My second guest in this production series is a young man with great talent, an ear for funky sounds and a future star. With his funky Nu Disco sound, one would imagine him playing in a dirty, dark Parisian nightclub. After listening to a few Ptero tracks you’d be quite surprised to find out that in fact he is an American teenager hailing from Philadelphia. Have we stumbled across the ‘Fresh Prince of Nu Disco’? Let’s find out.

Hi Ptero, a pleasure to have you here. Give us a background behind your music, how did you get into production?

Pleasure to be here Jimmy.

Well, my musical background might not exactly be what you’d expect given my current style. I was probably first introduced to music through my mother who listened to 70s and 80s europop and things like Italo Disco or soft rock. My dad also occasionally played jazzy piano songs for our entertainment. I began piano lessons when I was seven. I sort of hated it. But then I kind of liked it. I really only played classical tunes and only years later began learning improvisation and things like chord progressions, playing by ear, and real jazz. I quit after seven years.

Around the last two years that I had lessons, two things happened that probably helped me get into electronic music. Firstly, I played in a jazz band thing for a few weeks during two summers. I happened to play piano and the synthesizer of course. I played some mad funky stuffs yo. And the second thing was discovering and playing my dad’s old (and awful) Roland D-20 synthesizer.

Meanwhile, I got into actually listening to my own music and the main artist that introduced me to, and inspired me to create electronic music was Owl City. I don’t like him/them anymore though. Too hipster for that. So anyway, when I was 11 or 12, I, erhem, borrowed a copy of Fl Studio 9 and got to producing. The rest is history.

Your sound is very a funky disco driven house sound, how did this come about?

I don’t know. It’s strange really. I first started out making cheesy synthpop and, I assume, when I heard music from Cherokee, Madeon, and other modern French House artists I was intrigued and began to emulate them with tracks like Time and Liftoff. Over approximately a year of seriously producing, I picked up a lot of influences, learned my DAW better, and developed my style, or rather— tendency to make groovetacular tracks. I don’t stick to one genre but they’re all usually jazzy or funky.

But overall, I’d say the sound developed mostly itself. I feel that I was just meant to make that kind of music.

Of course not all your songs are ‘French House’, there is another side to your music, a darker more experimental beat driven side. Do you prefer to make the upbeat disco tracks, or the experimental ones?

I like both. Sticking to one genre is just lazy in my opinion. Sometimes I might be in a funky, dancey mood; other times I might want to make chill moody vibes. In the future, I’ll most likely deviate more from my typical funky house style and perhaps return to it every few tracks.

A little birdy told me it was your birthday today, may I take this moment to wish you a happy birthday. At only 16, your music is outstanding. Where do you see yourself in five years time?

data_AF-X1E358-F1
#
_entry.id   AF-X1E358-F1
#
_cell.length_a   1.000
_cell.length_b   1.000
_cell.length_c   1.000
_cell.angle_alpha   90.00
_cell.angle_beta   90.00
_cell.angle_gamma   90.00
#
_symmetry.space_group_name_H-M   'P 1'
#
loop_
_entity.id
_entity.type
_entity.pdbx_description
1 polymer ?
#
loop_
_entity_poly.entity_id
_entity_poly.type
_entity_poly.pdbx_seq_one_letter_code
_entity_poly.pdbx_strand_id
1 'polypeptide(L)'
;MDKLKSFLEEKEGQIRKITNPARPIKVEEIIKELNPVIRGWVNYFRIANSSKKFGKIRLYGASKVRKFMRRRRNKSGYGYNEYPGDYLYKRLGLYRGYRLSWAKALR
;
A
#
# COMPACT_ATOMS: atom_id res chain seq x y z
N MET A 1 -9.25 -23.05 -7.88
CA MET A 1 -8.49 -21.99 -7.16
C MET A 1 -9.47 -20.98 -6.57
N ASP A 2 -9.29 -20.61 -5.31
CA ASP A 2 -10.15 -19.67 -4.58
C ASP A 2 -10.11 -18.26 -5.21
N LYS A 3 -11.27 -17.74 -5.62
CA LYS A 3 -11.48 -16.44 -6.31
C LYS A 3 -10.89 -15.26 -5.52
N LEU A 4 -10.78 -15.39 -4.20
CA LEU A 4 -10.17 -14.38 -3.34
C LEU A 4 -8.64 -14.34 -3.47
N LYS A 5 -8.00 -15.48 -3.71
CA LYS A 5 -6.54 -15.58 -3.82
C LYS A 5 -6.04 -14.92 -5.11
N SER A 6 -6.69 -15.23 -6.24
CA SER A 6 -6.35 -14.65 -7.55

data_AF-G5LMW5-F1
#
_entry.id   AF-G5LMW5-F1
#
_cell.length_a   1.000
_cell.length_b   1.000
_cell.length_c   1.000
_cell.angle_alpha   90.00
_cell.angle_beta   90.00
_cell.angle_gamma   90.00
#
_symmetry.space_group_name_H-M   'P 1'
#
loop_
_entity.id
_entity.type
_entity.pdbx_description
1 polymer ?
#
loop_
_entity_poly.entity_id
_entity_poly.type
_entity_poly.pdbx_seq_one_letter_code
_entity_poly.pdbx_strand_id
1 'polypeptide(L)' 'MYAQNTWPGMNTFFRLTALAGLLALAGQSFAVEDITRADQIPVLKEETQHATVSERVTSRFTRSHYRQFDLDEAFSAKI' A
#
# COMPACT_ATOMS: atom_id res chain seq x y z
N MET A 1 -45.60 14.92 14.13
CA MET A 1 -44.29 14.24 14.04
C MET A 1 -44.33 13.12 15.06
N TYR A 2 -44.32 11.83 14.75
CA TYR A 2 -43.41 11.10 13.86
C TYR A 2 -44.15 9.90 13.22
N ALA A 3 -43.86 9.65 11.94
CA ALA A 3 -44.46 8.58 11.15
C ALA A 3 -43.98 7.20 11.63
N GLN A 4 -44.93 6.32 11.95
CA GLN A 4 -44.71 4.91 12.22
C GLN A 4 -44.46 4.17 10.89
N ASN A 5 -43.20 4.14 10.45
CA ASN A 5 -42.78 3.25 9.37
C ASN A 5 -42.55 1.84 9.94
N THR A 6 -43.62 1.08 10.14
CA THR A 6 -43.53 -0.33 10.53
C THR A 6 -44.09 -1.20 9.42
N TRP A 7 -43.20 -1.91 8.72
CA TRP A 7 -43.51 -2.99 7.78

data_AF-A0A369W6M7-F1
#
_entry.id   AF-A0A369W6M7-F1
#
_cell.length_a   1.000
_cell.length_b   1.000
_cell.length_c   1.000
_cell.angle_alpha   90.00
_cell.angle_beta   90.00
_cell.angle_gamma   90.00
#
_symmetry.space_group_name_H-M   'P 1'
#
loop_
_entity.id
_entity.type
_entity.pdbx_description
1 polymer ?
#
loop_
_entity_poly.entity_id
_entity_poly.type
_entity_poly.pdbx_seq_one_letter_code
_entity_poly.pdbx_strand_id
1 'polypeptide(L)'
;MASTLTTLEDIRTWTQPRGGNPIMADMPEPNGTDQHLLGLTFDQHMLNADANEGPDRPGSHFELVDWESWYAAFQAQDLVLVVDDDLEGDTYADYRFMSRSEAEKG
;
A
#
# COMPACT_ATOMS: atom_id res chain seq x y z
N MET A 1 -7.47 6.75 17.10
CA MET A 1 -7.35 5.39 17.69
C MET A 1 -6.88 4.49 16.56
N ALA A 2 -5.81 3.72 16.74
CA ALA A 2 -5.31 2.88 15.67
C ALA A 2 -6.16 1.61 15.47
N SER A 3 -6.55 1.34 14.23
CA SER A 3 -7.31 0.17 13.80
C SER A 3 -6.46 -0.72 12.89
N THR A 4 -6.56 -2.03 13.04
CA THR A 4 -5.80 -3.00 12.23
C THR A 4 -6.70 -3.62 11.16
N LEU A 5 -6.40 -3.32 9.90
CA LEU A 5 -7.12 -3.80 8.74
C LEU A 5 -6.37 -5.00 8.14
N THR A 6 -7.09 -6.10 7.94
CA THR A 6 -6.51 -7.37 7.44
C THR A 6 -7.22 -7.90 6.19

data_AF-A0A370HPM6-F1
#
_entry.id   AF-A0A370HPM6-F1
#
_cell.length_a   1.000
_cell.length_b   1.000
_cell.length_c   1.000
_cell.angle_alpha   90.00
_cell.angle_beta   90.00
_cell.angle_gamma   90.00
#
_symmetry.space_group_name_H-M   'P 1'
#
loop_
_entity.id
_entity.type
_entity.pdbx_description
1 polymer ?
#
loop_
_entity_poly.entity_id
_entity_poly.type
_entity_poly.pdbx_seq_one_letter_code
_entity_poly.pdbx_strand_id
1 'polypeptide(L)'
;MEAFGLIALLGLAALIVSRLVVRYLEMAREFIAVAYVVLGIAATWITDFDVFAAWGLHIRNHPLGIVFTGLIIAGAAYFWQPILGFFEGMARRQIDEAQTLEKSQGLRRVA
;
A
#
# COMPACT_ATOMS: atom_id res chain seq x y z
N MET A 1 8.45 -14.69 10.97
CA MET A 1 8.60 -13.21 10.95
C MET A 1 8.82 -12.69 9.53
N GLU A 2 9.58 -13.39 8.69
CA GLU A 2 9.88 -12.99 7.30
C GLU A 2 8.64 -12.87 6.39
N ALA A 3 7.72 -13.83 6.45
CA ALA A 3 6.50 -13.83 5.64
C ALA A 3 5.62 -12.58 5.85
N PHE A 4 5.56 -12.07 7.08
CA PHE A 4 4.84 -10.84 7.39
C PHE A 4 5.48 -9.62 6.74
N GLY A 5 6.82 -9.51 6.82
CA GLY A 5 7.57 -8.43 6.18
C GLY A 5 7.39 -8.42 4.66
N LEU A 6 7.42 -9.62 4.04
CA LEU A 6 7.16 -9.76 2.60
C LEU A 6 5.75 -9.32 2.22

Thank you! Ha, birdy…. Get it? Because my artist name is Ptero, and ptero is an archaeobiological prefix that means feather or wing and pertains to birds. Ha.

Five years is a long time… which also happens to be when I turn twenty-one, so I presume that I’ll probably be ingesting vast amounts of alcohol at a college soiree or something.

In general though, I’ll definitely still be making music. It’d sure be nice to be signed to a label of sorts and have a bazillion fans by then.

You have many interesting sounds in your tracks, do you mostly synthesize most of these or do rely heavily on sampling as a lot of the Nu Disco producers of old used to?

Actually, the majority of timbres and things like percussion and synths are my own. I do sample sometimes, but’s it’s usually for things like background guitar, chords, vocals, and that general idea. And obviously, I process the sampled bits quite a bit, until I feel that it’s original enough. For example, in my track Nuit des Coeurs brillants, I sampled a 70s R&B track by Alexander O’Neal by cutting out many many slices and arranging them to make a hip-hoppy vibe that transitions into slow house, again from many slices to which I added filtering, stereo enhancing, eqing, and phaser. On top of that, I added a lot of synths, some flute I created with a free VST, and sick beatz homie.

And for the record, the synths I use the most are Synth1 and Sytrus. Massive and Sylenth be damned. I also try to employ a lot of organic instruments like strings with NI Session Strings, several soundfonts for horns and ethnic instruments, or guitar or piano that I might play myself.

You have a great selection of tracks already, but have you got any plans to release an EP any time soon?

And finally, the question we all really want to know. Do u even compress m8?

Ask ur mum m9.

Well, there you have it, a character to say the least and a wonderful insight into a young man you may hear one the radio one day soon. You can find Ptero’s music at and all of his tracks are readily available as free downloads.

I do not as of yet have an interview for next week confirmed, but as soon as I do I will announce it here.

Peace & love, jimjambamslam.


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